On 7 August 1826, exactly 194 years ago, the Katamanso War (The battle of Dodowa) began. The war was fought between the Asantes and the people of Accra; Dangme people of Prampram, Ningo and Ada after the people of Accra (AKRA) had been part of an alliance of local chiefs who had aided the British, Denkyira and Fantis in resisting an Asante attack on Cape Coast in July 1824.
The people of Accra had been part of an alliance of local chiefs who had aided the British, Denkyira and Fantis in resisting an Ashanti advance on Cape Coast in July 1824. The Asantehene Nana Osei Yaw Akoto amassed an army of 40,000 and vowed to punish the people of Accra in the aftermath of this defeat.
An alliance of British, along with Ga-Adangbe, Fanti, Denkyira, Akwamu and Akyems faced the Asante at Katamanso, in a battle that ended Asante suzerainty over many southern and coastal nations and contributed to the rise of British power and prestige on the coast.
Cause of the war:
The valiant Accra people went to help the Fantes and the Denkyiras led by the Governor, in the Cape Coast Castle, to force King Osei Yaw and the Asante army to beat a retreat from their attack on the Fantes and the Cape Coast Castle, in July 1824. Settled by the role of the Accra people in scuttling his plans to capture the Cape Coast Castle, King Osei Yaw instructed his army, according to Rev. Carl Christian Reindorf in his book History of the Gold coast and Asante, based on traditions and Historical facts, from 1500 to 1860 he said “Let us. March back to Kumasi, and I will come upon them”. King Osei Yaw vowed to teach the Accra people a lesson, and declared that he would pursue the “Akras” no matter the cost.
Result of the battle of Katamanso:
The battle of Dodowa between the people of Accra and the Asantes began fiercely on the 7 of August 1826 at Katamansu near Dodowa. Carl Reindorf recounts that “The combined forces of Prampram, Ningo, Ada and the riverside people just at the same time followed up the attack, and the position of the Asantes’ became critical.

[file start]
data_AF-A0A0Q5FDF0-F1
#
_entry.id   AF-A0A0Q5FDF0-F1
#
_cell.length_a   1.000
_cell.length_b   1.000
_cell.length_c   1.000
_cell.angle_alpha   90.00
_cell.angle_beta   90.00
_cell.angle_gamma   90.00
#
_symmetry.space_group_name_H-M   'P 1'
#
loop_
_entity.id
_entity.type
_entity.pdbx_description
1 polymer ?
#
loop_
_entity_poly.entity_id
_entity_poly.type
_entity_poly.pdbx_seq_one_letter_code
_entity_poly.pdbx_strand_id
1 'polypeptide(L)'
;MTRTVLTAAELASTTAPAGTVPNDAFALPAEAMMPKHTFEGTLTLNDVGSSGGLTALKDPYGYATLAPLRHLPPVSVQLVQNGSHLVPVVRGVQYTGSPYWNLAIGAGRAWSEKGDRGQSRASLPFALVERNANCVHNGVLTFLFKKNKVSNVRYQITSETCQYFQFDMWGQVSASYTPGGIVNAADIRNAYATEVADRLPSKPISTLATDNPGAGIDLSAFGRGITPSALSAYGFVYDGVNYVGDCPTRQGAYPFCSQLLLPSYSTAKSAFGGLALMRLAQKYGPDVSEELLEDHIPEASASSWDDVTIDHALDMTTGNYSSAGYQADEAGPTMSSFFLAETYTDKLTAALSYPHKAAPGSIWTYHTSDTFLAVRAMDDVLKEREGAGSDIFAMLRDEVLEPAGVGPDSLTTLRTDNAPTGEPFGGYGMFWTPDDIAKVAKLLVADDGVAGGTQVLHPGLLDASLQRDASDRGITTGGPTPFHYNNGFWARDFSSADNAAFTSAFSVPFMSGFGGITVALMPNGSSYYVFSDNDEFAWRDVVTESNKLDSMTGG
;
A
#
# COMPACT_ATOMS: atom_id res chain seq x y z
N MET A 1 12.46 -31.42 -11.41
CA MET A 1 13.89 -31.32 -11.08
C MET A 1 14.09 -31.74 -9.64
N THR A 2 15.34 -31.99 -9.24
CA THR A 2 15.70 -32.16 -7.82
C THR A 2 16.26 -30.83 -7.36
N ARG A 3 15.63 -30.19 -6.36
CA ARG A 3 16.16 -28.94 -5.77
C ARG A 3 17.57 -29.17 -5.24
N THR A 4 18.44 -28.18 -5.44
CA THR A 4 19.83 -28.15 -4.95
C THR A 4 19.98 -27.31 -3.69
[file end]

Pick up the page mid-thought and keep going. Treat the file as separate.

King Osei Yaw, realising the danger, marched in defence with his body-guard, stood upon the royal stool, and drew the war-sword waving it between heaven and earth, as kings usually do in war, but the rebound was too strong, and he was wounded. There was a severe conflict between the king’s bodyguard and the forces under Opoku Fredefrede, in which the Asantes were beaten and greatly weakened; and on account of the defeat the Asante General afterwards poisoned himself and died at Asafo.
Dshani Afutu and Ante from Teshi are said to have shouted the religious war cry of Awo awo awo!’ to which every warrior of the whole column responded as one man: “Awo, Agabai bereku tso!” A loud voice was heard in the enemy line. “Edom agu o!” The Battle is lost” Then all the baggage was hastily thrown on a heap as high as a mountain, and the Asante army took to flight, after fighting and holding their position for nine hours, from 6 a.m. — 3 p.m. Prisoners were made, and then the baggage and camp were taken”.
“King Osei Yaw escaped with a large number of his bodyguards through the right wing of his army, the Accra people were left victorious on the battlefield”.
Effects of the war:
Trading activities transpired smoothly on the coast with less fear of invasion as it used to be the case before the war ensued. The war also led to the unity of Ga-Adangme. The name Accra now became famous; their influence spread far and wide, and everyone looked up to them. Their former enemies, Fantes, Akyems, Akwamus, and Akuapems bowed down to them, and their prestige was acknowledged even at Asante and Dahome. They maintained lively traffic with foreign countries, and strangers came down to the Coast for commercial purposes.